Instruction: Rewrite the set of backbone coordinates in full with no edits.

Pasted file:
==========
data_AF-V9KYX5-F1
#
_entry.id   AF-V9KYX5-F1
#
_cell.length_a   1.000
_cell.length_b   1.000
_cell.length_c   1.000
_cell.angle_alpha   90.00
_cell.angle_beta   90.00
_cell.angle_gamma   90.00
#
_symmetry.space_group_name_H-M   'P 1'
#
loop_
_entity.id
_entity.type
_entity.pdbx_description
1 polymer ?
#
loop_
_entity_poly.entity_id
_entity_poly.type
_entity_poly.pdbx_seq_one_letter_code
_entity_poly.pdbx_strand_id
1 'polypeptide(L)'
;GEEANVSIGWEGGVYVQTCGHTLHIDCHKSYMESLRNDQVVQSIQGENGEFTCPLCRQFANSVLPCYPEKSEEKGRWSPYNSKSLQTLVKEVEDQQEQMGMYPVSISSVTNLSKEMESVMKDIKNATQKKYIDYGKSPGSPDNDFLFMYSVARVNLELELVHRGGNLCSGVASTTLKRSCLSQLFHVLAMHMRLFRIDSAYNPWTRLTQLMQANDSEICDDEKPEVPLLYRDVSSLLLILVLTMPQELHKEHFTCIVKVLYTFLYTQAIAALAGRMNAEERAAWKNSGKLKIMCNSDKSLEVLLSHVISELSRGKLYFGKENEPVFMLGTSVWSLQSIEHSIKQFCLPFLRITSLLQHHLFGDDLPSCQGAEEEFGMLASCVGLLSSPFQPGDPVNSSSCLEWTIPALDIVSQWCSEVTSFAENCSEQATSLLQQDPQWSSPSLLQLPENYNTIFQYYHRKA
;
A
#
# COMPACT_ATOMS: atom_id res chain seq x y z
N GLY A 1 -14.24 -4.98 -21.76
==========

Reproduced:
data_AF-V9KYX5-F1
#
_entry.id   AF-V9KYX5-F1
#
_cell.length_a   1.000
_cell.length_b   1.000
_cell.length_c   1.000
_cell.angle_alpha   90.00
_cell.angle_beta   90.00
_cell.angle_gamma   90.00
#
_symmetry.space_group_name_H-M   'P 1'
#
loop_
_entity.id
_entity.type
_entity.pdbx_description
1 polymer ?
#
loop_
_entity_poly.entity_id
_entity_poly.type
_entity_poly.pdbx_seq_one_letter_code
_entity_poly.pdbx_strand_id
1 'polypeptide(L)'
;GEEANVSIGWEGGVYVQTCGHTLHIDCHKSYMESLRNDQVVQSIQGENGEFTCPLCRQFANSVLPCYPEKSEEKGRWSPYNSKSLQTLVKEVEDQQEQMGMYPVSISSVTNLSKEMESVMKDIKNATQKKYIDYGKSPGSPDNDFLFMYSVARVNLELELVHRGGNLCSGVASTTLKRSCLSQLFHVLAMHMRLFRIDSAYNPWTRLTQLMQANDSEICDDEKPEVPLLYRDVSSLLLILVLTMPQELHKEHFTCIVKVLYTFLYTQAIAALAGRMNAEERAAWKNSGKLKIMCNSDKSLEVLLSHVISELSRGKLYFGKENEPVFMLGTSVWSLQSIEHSIKQFCLPFLRITSLLQHHLFGDDLPSCQGAEEEFGMLASCVGLLSSPFQPGDPVNSSSCLEWTIPALDIVSQWCSEVTSFAENCSEQATSLLQQDPQWSSPSLLQLPENYNTIFQYYHRKA
;
A
#
# COMPACT_ATOMS: atom_id res chain seq x y z
N GLY A 1 -14.24 -4.98 -21.76